" clothes, and people wanting (not forcing) us to wear them makes us feel honoured and worth something both physically and subjectively (which is our greatest need) "

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Order Against the Objectification of Women

Consistency


Philosophy Of The Body Audio Recordings (Arrangement By Affected)



Philosophical Connections

The Philosophy of the Body can (in retrospect) be summarised by taking Aristotle's Nicomachean Ethics (~325 B.C.), and integrating his concept of true friendship (appreciation of virtue) with his concept of rational sexual relations (self-controlled and non-subjugated).

This is not to say that this idea was not expressed by Aristotle himself, but it appears to have been done so in a somewhat limited fashion, probably subject to social constraints at the time (including conditions for the growth and experience of another's capacity for virtue);

"And for these reasons this Friendship is thought to combine the profitable and the pleasurable: it will be also based upon virtue if they are good people; because each has goodness and they may take delight in this quality in each other"

Secondarily, the Philosophy of the Body argues that the natural bodily pleasures (eg food) cannot be equated because some involve other people.

The logic above is either rejected or unconsidered by Aristotle, where he further uses their presumed equality as a basis for arguing their necessity. It is clear Aristotle himself struggles to argue this point, using phrases (translated) such as "Homer says...", "(which answer to this description)", "Granting...", "Perhaps it even follows... (let us assume)... per se", "May we not say...".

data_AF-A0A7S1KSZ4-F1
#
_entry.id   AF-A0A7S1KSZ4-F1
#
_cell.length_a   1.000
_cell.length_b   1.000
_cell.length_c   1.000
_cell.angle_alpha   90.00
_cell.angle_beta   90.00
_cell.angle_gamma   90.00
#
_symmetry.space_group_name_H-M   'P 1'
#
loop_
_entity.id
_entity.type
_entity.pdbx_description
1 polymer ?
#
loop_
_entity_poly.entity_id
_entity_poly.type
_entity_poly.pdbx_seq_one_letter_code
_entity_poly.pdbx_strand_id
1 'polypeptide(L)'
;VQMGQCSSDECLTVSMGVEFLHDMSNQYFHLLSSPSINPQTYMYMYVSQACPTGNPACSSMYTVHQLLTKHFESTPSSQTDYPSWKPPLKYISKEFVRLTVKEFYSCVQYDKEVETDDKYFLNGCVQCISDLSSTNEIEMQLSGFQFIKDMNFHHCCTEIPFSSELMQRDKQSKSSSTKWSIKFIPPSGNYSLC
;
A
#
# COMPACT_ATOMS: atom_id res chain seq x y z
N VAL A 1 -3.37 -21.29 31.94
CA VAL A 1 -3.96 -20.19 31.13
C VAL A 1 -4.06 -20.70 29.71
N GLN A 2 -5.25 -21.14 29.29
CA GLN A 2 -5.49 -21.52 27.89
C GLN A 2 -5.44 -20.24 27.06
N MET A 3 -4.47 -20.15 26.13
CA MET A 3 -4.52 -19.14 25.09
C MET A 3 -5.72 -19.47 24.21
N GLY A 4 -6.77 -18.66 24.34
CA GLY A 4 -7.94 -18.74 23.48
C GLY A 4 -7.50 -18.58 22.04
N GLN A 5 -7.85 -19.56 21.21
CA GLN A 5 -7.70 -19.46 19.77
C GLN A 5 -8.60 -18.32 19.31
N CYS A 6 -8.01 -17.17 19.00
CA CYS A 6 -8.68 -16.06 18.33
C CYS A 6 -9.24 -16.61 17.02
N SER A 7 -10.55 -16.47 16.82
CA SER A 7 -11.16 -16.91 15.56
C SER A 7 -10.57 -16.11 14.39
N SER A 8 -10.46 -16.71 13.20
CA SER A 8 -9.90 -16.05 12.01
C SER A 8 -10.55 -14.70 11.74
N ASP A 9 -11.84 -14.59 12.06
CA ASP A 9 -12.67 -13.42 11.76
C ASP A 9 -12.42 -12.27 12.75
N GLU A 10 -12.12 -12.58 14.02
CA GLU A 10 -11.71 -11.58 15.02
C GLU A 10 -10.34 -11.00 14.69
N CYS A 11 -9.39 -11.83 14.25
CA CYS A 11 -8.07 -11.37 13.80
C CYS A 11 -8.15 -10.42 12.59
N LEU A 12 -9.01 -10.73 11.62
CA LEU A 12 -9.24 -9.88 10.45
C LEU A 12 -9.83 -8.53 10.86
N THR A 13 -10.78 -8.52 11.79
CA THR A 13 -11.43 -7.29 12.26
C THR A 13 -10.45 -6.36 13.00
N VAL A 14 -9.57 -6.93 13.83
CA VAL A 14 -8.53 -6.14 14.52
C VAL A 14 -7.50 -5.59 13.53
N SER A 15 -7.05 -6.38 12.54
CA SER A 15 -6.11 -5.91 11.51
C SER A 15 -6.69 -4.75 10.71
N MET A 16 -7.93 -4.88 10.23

Thirdly, the disintegration of true friendship and sexual relationship also encourages objectification (although Aristotle's work does not of itself imply this, certainly not in the context of his other arguments - ie, rationality, self-control, and self-mastery).

It is therefore recommended to read Aristotle's Nicomachean Ethics, as it may form well as an introduction to both the Philosophy of the Body and the tolerance of objectification.

For those concerned with some of Arisotle's philosophical assumptions, it is best to become equated with various models of free will (and determinism). It is also necessary to accept our inherited belief in the significance of our own awareness - our ego being based upon belief in our own unique existence (ie, see Non-reductive Physicalism). It should also be noted as a given, that the authority of human reason must also be accepted as a premise (as no argument can can be made, scientific or otherwise, without this). Furthermore, it should also be noted that his work has unintended implications for civil rights such as slavery, having limited knowledge of the influence of society (versus nature) on the development of a civilised being. The Philosophy of the Body by contrast uses less assumptions than Arisotle with respect to philosophy of mind, and accepts biological evolution as a physical model for the development of the human body.



" apparent self-objectification enables one to be assertive and/or selfish, to help break the illusion of their objectification, so it may be used for empowerment "

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                              - two wrongs do not make a right -



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